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Arteries and Veins – Anatomy of the Heart

by Joseph Alpert, MD
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    00:00 So, again, let’s talk a little bit about one of the other structures in the heart that’s important- the coronary arteries. The coronary arteries are like the fuel line in your car.

    00:10 If you don’t have a good open fuel line and gasoline doesn’t get in or diesel fuel doesn’t get in your motor, you know what happens- the motor doesn’t function. The same is true about the heart. It needs oxygenated blood to nourish it and to enable it to continue to do its mechanical activity. And the heart is a remarkable organ. Remember it beats constantly, has to continue beating of course, if you want to stay alive. Sometimes for many, many years, 80, 90 years, sometimes even a 100 years. It’s a remarkable, strong muscle that is very resistant to injury except when certain diseases occur, but in fact, often tries to do its best job even when injured. So, there are, of course, two main coronary arteries - there is the left coronary artery and the right coronary artery. You say to me, “Wait… wait… wait a minute, my uncle had a triple coronary bypass. Where is the third coronary artery?” The third coronary artery occurs because the left coronary artery branches early on after its origin. It branches into the left anterior descending coronary artery and the left circumflex coronary artery. So, what are we talking about here? We are talking then about two main arteries that start, but one very quickly divides into two main branches so that’s how we have the three coronary arteries that are talked about.

    01:32 We are going to come back and talk more about the coronary arteries and I am going to show you some pictures from a CAT scan, but let’s take a look inside the heart for a moment.

    01:41 I wanted to just reiterate the return of venous blood to the heart. What you are seeing here is a little diagram of the inside of the right atrium and you will notice that there are three circles, and these three circles represent the venous drainage coming into the heart.

    02:00 The highest one, the one that’s up top, is the entrance of the blood from the superior vena cava, that blood enters the right atrium and drains the venous blood from the upper part of the body. Now, if you look at the second one just below that, that’s the one from the inferior vena cava that’s draining blood from the bottom of the body. So, what’s the opening there on the right hand side? That’s the coronary sinus, that’s the heart’s venous system coming back in, because of course the heart’s getting oxygenated blood, it has to have venous return to the heart so it returns also to the right atrium.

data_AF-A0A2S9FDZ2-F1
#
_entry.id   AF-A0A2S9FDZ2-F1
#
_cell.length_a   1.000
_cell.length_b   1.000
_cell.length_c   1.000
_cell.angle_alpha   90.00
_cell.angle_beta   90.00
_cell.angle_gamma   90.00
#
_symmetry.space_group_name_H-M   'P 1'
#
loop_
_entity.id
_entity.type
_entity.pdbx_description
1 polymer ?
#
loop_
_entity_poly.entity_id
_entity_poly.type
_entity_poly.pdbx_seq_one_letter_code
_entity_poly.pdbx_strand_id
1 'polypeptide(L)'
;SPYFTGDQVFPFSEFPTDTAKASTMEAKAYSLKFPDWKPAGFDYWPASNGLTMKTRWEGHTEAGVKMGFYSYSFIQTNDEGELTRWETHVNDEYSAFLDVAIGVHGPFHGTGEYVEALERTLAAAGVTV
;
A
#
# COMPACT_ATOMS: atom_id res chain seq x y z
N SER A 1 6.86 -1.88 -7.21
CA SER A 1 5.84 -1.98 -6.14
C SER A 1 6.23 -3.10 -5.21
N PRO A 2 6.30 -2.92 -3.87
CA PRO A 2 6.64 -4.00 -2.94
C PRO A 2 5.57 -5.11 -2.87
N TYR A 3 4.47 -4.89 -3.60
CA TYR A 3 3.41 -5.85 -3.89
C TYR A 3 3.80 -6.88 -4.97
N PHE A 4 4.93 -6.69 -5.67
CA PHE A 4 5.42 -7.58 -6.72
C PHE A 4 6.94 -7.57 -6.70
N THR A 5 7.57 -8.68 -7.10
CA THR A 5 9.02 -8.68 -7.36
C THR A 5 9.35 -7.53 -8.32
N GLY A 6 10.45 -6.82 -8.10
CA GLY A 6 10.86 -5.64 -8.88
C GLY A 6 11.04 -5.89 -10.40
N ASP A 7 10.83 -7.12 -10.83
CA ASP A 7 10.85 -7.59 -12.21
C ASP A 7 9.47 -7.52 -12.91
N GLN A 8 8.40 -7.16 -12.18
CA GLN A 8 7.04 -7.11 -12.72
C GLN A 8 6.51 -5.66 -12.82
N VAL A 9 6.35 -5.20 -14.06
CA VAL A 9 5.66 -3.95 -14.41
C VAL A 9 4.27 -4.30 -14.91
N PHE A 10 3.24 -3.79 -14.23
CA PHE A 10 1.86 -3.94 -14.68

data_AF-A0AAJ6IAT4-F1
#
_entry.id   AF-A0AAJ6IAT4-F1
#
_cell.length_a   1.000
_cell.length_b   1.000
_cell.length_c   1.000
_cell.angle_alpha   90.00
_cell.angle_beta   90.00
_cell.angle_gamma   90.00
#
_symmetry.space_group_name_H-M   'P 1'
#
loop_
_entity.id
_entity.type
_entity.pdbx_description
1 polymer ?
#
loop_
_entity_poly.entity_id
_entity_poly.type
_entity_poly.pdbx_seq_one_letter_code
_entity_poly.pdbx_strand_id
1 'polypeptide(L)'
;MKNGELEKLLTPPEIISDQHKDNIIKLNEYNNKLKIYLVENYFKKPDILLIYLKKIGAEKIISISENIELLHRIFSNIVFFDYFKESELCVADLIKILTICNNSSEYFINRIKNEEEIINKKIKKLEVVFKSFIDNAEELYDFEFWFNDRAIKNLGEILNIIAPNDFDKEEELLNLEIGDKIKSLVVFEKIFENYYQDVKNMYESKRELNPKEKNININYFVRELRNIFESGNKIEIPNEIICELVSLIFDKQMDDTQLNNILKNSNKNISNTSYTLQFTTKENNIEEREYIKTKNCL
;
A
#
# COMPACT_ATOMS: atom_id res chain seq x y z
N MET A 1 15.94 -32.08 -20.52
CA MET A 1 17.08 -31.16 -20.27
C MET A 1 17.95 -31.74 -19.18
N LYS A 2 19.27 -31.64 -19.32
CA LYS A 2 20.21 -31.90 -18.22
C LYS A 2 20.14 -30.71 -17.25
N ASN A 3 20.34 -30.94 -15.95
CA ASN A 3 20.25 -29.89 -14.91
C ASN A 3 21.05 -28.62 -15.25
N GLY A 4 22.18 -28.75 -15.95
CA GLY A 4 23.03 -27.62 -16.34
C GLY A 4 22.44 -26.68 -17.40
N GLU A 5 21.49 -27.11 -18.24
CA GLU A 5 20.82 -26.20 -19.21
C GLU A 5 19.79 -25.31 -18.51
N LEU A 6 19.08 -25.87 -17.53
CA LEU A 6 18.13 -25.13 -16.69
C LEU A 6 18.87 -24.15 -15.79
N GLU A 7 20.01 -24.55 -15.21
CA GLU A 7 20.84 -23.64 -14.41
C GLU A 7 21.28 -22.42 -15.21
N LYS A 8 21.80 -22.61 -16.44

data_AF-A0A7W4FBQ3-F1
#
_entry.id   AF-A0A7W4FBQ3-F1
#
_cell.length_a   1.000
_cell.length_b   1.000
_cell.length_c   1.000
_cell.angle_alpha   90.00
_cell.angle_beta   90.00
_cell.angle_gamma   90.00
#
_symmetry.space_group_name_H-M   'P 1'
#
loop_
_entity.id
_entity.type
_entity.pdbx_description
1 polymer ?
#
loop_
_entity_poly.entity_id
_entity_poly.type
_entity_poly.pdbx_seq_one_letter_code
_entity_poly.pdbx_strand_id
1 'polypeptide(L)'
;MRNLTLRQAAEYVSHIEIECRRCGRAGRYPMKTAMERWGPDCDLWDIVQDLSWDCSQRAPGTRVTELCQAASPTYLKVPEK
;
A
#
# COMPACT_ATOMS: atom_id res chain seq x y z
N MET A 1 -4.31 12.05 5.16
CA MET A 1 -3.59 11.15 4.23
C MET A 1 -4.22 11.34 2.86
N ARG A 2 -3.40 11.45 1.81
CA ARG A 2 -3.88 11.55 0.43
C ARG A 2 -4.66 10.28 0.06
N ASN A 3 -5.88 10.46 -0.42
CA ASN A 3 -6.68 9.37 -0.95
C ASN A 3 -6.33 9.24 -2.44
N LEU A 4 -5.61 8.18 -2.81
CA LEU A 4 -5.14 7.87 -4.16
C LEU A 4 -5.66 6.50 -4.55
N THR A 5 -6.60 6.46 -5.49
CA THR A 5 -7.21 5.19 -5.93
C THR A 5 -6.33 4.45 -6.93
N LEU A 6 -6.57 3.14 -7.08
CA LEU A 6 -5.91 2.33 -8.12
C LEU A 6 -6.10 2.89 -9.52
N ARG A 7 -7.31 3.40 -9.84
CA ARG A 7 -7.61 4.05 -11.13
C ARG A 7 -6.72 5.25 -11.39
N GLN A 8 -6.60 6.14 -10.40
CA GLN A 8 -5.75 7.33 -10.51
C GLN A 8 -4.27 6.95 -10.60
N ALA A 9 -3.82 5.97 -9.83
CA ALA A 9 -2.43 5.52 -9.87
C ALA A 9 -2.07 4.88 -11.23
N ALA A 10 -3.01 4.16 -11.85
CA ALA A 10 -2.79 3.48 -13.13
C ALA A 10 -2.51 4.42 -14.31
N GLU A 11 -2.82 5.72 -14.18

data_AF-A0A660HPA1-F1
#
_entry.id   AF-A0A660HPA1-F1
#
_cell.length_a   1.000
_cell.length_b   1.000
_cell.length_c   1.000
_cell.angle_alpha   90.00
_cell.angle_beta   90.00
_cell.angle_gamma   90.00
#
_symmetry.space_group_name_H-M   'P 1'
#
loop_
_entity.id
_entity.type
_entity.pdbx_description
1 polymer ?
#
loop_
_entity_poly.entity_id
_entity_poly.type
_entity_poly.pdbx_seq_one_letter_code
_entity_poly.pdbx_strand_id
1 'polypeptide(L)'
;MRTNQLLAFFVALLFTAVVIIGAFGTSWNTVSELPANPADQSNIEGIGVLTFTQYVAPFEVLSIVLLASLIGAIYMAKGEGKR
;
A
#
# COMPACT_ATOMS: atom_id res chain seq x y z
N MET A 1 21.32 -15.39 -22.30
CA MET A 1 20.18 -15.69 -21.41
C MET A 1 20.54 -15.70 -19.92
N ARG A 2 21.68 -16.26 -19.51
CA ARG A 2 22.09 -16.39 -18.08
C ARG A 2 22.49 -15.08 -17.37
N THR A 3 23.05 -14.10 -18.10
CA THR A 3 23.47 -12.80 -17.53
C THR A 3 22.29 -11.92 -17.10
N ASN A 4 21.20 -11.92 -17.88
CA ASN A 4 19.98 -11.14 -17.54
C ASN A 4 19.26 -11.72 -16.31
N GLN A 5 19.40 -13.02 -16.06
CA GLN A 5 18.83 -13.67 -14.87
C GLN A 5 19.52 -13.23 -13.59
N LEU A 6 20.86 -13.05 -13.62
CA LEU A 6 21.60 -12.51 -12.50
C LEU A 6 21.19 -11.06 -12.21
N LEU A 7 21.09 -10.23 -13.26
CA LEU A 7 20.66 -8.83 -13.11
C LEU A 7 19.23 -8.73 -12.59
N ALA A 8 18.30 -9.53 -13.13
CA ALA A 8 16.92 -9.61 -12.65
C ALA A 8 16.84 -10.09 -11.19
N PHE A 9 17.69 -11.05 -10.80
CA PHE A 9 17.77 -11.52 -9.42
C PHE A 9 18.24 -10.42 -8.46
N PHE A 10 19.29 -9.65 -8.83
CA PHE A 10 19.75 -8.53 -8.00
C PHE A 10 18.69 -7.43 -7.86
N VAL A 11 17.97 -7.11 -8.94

02:37 So, upper part of the body, the lower part of the body and the heart all drain into the right atrium and then of course, they pass through the tricuspid valve into the right ventricle, they are pumped to the lung where the blue blood becomes red as it takes on oxygen and gives off carbon dioxide.

    02:55 So, here we are back to the coronary arteries- and this is actually a CAT scan that shows you… it’s colorized by the way. These are artifical colors put in to make it look realistic. But in fact, you can see very clearly the coronary arteries here. You can see the right coronary artery, the left anterior descending, and the left circumflex. The right coronary artery supplies the right ventricle, part of the septum- the wall between the left and right ventricles and part of the back of the heart. The left anterior descending coronary artery supplies the front of the heart and part of the septum. And the left circumflex coronary artery supplies the lateral wall of the heart and also part of the back of the heart. And of course, blockage in any one of these can cause a myocardial infarction or a heart attack. Here you see, the CT in its natural state- not colorized artificially, but you can see very clearly the coronary arteries coming off the left, the right, the anterior descending and the circumflex.

    03:58 So, we have reviewed the heart anatomy. The one thing we haven’t talked about is the pericardium. The pericardium, of course, is the constraint. It’s the plastic bag, if you will, that keeps the heart nicely shaped within the chest, doesn’t allow it to over expand and protects the heart as well. It’s filled with a little bit of fluid so that the heart is able to move smoothly within the pericardium. When disease happens to the pericardium and it becomes thickened or weeps fluid into that space, then of course we can have restriction of heart function and we are going to talk about pericardial diseases as we go along.

    04:37 Well, that was a quick run through cardiac anatomy. You see a few references here that can help you to read a little more about it. I would like to reiterate what I have done here is given you a very quick view, if you will, like in an airplane from 35,000 feet. If you want to have a little more detailed look at the ground, you need to do some more reading to… more fully understand the cardiac anatomy. We are looking forward now to the next lecture, where we are going to talk about the function of the heart, that is it's physiology.


    About the Lecture

    The lecture Arteries and Veins – Anatomy of the Heart by Joseph Alpert, MD is from the course Introduction to the Cardiac System.


    Included Quiz Questions

    1. Aorta
    2. Left ventricle
    3. Right atrium
    4. Right ventricle

    Author of lecture Arteries and Veins – Anatomy of the Heart

     Joseph Alpert, MD

    Joseph Alpert, MD


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    connections have been made
    By Michaela H. on 26. October 2017 for Arteries and Veins – Anatomy of the Heart

    lots of light bulbs went off during this lecture! thank you